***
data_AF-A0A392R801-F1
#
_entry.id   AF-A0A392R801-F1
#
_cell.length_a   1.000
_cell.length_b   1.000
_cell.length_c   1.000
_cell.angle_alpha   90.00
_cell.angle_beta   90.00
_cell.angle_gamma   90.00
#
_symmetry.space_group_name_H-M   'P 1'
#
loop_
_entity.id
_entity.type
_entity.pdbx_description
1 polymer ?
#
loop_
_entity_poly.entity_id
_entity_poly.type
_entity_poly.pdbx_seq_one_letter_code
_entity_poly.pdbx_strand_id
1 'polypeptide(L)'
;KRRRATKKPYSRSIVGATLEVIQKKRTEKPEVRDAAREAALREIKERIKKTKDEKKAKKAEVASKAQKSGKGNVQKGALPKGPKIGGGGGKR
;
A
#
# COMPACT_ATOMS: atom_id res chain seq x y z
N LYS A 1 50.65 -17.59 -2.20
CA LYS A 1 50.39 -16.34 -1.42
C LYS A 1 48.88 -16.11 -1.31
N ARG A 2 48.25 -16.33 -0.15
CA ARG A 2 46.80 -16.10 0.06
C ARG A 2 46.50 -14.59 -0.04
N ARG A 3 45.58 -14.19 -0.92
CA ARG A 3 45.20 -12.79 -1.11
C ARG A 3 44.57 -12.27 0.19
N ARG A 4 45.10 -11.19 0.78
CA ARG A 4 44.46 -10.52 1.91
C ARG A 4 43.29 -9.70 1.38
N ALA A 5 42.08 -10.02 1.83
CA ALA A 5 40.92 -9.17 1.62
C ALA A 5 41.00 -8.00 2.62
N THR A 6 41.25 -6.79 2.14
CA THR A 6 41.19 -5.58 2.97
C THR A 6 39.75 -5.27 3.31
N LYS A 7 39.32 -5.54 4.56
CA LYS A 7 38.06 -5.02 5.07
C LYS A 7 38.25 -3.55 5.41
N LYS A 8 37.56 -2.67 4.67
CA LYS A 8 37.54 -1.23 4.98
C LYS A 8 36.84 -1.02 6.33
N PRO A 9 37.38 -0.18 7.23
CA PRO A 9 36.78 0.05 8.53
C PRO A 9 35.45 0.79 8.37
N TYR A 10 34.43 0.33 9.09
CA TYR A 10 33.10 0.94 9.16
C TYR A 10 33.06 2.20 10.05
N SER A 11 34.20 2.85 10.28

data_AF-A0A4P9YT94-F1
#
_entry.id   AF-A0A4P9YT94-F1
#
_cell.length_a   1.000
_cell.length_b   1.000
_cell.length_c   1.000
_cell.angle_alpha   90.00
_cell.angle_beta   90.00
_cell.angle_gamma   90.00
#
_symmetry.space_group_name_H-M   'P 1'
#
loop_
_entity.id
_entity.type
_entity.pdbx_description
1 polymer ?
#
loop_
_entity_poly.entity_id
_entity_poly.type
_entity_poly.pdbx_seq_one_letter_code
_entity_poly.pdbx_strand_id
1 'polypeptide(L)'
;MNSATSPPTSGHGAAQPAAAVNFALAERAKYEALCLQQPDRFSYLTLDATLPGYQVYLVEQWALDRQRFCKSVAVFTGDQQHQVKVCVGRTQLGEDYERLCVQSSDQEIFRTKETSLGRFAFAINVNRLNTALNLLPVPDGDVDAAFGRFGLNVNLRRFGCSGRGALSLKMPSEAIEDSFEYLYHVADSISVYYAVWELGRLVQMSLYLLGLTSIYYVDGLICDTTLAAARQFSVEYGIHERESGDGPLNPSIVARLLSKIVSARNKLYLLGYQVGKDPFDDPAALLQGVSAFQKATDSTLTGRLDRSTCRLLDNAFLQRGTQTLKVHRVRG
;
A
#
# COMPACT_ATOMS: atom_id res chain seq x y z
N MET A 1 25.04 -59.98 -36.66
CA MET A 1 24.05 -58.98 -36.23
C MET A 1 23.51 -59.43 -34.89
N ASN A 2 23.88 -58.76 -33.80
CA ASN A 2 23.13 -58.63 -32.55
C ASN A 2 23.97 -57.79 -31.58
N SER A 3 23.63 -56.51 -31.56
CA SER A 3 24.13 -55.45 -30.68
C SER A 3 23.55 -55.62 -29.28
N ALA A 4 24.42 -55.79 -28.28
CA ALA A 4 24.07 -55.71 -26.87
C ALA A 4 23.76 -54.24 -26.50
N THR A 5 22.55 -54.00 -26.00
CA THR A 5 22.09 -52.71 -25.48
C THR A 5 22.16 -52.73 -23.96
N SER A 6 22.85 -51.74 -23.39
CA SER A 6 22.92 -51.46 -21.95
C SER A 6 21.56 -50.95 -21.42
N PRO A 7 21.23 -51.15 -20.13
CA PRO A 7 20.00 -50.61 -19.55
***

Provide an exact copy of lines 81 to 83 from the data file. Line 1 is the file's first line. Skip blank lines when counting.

loop_
_entity_poly.entity_id
_entity_poly.type